Led by Director of Education, Philipp Malzl along with student educators Joseph Rowley, Susannah Kearon, Sophie Houghton, Kate Daily, and Alexa Ginn, the social media-based event encouraged viewers to slow down the fast pace of internet/social meldia viewing and contemplate a work of art for 60 seconds or more.
Some of the comments received include: “I definitely am the type to often rush through art museums and only stop to look at paintings that I have seen before. Once I stopped to look at this for longer I realized just how liminal the composition is, and how much darker it felt when I just spent time with it for a moment. Super cool!”
“I love this series of 60-second videos! It is meditative to watch. My daughters are watching them with me now. One daughter noticed the vertical lines of the figure and the basketball hoop, and how if you turned the painting upside down, those lines would still be in similar places. The other daughter noticed that the basketball hoop was a tin can with the bottom cut out.”
The Brigham Young University Museum of Art hosts slow looking tours on a quarterly basis, in addition to having a printed slow looking guide available year-round at the information desk.
We look forward to seeing what they come up with for Slow Art Day 2023.
On April 10, the Brigham Young University Museum of Art (BYU) in Provo, Utah, welcomed visitors to their first Slow Art Day event, which was in-person. Visitors were welcomed by a student educator at the front desk, who invited them to try the four slow looking strategies outlined in the below brochure. Participants were given suggestions for art to use for the exercise, but were free to apply the strategies to any work of art on display.
Below we have summarized their four key instructions (to see the full details, look at the picture of the brochure above):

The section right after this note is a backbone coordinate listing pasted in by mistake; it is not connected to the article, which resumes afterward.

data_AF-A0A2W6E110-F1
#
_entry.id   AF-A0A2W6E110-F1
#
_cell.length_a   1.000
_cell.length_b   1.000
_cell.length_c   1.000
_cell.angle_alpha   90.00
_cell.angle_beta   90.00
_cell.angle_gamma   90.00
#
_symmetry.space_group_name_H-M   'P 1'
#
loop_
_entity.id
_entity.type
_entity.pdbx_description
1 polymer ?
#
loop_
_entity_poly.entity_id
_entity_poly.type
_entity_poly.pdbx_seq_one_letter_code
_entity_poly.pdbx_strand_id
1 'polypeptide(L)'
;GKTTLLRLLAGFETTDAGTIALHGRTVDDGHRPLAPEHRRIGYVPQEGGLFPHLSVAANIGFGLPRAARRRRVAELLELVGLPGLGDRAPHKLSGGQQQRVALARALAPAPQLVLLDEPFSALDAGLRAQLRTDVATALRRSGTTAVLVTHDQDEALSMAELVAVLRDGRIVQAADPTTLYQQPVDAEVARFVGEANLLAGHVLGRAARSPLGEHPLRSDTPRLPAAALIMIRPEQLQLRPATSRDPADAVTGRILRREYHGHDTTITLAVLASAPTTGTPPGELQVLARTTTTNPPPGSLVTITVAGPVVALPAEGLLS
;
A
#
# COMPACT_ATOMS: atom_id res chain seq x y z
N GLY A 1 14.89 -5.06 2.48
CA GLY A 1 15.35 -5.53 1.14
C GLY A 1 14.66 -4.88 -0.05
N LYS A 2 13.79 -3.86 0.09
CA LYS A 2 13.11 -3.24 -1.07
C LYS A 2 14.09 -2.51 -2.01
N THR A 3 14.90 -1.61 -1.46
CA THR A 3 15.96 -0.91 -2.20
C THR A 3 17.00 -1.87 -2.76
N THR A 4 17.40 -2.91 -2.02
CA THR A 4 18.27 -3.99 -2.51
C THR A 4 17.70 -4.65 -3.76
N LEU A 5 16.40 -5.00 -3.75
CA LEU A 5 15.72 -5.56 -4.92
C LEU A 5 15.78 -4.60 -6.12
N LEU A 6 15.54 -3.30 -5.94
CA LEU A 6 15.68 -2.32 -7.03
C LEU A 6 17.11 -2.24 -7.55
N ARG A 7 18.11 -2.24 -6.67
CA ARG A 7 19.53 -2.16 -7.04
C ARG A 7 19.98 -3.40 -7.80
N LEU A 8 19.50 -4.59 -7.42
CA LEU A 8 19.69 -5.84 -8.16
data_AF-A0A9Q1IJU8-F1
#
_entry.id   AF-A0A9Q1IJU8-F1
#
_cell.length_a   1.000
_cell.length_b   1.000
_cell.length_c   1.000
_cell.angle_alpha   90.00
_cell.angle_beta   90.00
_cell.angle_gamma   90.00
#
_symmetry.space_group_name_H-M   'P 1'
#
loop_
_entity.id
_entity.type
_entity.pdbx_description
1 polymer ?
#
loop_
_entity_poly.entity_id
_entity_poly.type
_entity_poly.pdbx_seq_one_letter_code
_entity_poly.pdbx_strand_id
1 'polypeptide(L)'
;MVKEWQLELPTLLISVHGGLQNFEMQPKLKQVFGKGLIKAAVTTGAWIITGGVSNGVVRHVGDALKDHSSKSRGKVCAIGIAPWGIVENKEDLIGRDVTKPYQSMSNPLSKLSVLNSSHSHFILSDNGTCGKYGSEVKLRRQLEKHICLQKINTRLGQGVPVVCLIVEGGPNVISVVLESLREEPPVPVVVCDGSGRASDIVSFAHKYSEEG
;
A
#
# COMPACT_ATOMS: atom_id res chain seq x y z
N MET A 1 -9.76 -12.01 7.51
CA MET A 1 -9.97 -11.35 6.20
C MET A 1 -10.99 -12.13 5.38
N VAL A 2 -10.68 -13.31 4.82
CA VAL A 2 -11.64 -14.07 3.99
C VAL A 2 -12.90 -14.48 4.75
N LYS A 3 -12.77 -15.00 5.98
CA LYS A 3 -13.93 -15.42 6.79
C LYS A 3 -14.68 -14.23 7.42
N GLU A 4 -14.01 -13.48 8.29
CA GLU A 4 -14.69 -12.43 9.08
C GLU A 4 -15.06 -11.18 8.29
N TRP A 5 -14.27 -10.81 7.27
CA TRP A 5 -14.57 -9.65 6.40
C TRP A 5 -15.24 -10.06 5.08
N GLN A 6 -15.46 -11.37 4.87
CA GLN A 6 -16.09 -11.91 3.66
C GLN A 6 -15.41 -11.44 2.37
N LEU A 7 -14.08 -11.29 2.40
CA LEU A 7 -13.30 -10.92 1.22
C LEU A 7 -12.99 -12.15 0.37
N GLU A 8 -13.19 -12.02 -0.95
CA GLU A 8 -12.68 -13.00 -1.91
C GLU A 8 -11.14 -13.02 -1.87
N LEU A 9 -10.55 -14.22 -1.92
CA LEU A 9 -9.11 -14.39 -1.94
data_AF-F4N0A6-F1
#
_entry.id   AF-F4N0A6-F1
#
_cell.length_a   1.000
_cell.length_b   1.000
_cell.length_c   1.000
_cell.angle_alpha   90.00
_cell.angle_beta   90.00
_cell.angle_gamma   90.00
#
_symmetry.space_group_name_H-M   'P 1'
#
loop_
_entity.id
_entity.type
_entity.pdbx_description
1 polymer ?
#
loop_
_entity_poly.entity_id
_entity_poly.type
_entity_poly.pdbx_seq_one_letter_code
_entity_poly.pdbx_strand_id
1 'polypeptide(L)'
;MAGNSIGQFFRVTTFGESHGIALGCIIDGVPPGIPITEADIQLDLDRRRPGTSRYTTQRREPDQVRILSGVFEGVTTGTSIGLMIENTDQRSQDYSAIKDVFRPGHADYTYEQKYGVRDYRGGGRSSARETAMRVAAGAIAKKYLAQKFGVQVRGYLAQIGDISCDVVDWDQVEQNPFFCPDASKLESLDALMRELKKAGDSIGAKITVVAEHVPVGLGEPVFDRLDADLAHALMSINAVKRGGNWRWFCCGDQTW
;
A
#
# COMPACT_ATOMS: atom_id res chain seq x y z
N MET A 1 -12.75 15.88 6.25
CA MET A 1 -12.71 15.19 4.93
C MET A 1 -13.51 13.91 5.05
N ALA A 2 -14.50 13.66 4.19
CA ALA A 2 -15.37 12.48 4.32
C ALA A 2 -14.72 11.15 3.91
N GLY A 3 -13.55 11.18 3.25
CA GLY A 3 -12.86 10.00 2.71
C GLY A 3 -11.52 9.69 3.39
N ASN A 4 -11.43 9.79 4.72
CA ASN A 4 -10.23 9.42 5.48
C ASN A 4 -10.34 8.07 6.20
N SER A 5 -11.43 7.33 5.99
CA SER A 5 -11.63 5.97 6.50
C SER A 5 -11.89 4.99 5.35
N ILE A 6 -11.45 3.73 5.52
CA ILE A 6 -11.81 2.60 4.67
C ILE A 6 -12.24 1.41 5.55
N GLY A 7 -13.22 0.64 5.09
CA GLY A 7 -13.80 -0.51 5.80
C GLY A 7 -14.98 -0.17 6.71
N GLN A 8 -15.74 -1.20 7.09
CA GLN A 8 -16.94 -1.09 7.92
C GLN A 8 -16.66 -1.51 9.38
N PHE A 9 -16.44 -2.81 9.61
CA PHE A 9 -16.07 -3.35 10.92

Look BIG: casting a wide net can yield a range of observations and reveal the complexity of things. How? Explore and discover everything, everywhere in any given work of art!
Narrow your focus: organizing your viewing strategy gives structure to the museum experience and helps you focus on something specific. How? Select an artwork and focus on certain types of things, such as colors, shapes, lines, faces, hands, trees, or anything that interests you.
Change your perspective: this technique can lead the discovery of small details and large patterns. How? Alter your physical distance to the artwork, as well as your angle and perspective.
Contrast & Compare: noticing similarities and differences (some of which may be intended by curators) can enrich your insights. How? Compare and contrast two neighboring artworks and describe your observations.
The event was advertised via an in-house digital banner, printed signage, social media coverage on Facebook and Instagram, and a feature in the on-campus digital newsletter. A total of 116 visitors participated in the activity throughout the day.
The Museum already has a Slow Looking Gallery Guide based on Shari Tishman’s 2018 book “Slow Looking”, which features Slow Art Day and inspired BYU’s event brochure (Note: we are planning a webinar with Shari Tischman for the fall of 2021).
Below are several photos from their event.
Philipp Malzl, Museum Educator, said that many visitors later shared their experience and insights with Museum staff. As a “thank you” gesture for sharing their feedback, the Museum gave participants a small gift (either a magnifying glass, art print, or museum pin).
They received a lot of great feedback (below are some highlights):
“I had no idea there was so much to see!”
“That was awesome! A whole new perspective.”
“I have [one of these paintings] hanging in my office, but I’ve never taken the time to really look at the details. I’m an art guy… this was different, and I loved it.”
“Usually we try to see everything in a museum, but today we didn’t. We really loved slowing down and paying more attention to the details.”
“We’ve been participating in this for years…we love slow art!”
At Slow Art HQ, we are excited that more than 100 participants took part in Brigham Young University Museum’s inaugural Slow Art Day. We loved their detailed four-step brochure, and their *thank-you* gifts. They did an amazing job of creating a welcoming environment.
We look forward to seeing their plans for Slow Art Day 2022.